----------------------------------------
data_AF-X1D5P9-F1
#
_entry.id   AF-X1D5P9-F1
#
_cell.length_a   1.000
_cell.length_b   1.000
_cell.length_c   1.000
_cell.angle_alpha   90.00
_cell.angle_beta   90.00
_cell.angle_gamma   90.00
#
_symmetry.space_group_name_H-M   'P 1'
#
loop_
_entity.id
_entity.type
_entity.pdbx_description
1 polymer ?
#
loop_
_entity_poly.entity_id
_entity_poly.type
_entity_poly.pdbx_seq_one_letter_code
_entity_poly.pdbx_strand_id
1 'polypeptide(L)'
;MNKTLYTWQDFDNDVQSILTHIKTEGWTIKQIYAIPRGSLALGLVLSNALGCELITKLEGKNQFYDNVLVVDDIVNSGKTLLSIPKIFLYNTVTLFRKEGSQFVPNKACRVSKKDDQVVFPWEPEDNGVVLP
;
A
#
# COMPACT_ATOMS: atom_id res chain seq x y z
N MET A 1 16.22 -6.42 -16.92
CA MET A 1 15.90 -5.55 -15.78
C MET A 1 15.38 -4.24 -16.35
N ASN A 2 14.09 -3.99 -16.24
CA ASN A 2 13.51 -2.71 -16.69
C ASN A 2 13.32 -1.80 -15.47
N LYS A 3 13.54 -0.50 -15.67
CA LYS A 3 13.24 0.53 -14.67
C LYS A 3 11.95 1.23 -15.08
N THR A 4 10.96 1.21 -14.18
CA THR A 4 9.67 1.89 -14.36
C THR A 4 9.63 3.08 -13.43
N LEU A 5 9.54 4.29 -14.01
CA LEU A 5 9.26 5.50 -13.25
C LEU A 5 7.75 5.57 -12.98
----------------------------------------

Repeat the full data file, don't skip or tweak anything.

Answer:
data_AF-X1D5P9-F1
#
_entry.id   AF-X1D5P9-F1
#
_cell.length_a   1.000
_cell.length_b   1.000
_cell.length_c   1.000
_cell.angle_alpha   90.00
_cell.angle_beta   90.00
_cell.angle_gamma   90.00
#
_symmetry.space_group_name_H-M   'P 1'
#
loop_
_entity.id
_entity.type
_entity.pdbx_description
1 polymer ?
#
loop_
_entity_poly.entity_id
_entity_poly.type
_entity_poly.pdbx_seq_one_letter_code
_entity_poly.pdbx_strand_id
1 'polypeptide(L)'
;MNKTLYTWQDFDNDVQSILTHIKTEGWTIKQIYAIPRGSLALGLVLSNALGCELITKLEGKNQFYDNVLVVDDIVNSGKTLLSIPKIFLYNTVTLFRKEGSQFVPNKACRVSKKDDQVVFPWEPEDNGVVLP
;
A
#
# COMPACT_ATOMS: atom_id res chain seq x y z
N MET A 1 16.22 -6.42 -16.92
CA MET A 1 15.90 -5.55 -15.78
C MET A 1 15.38 -4.24 -16.35
N ASN A 2 14.09 -3.99 -16.24
CA ASN A 2 13.51 -2.71 -16.69
C ASN A 2 13.32 -1.80 -15.47
N LYS A 3 13.54 -0.50 -15.67
CA LYS A 3 13.24 0.53 -14.67
C LYS A 3 11.95 1.23 -15.08
N THR A 4 10.96 1.21 -14.18
CA THR A 4 9.67 1.89 -14.36
C THR A 4 9.63 3.08 -13.43
N LEU A 5 9.54 4.29 -14.01
CA LEU A 5 9.26 5.50 -13.25
C LEU A 5 7.75 5.57 -12.98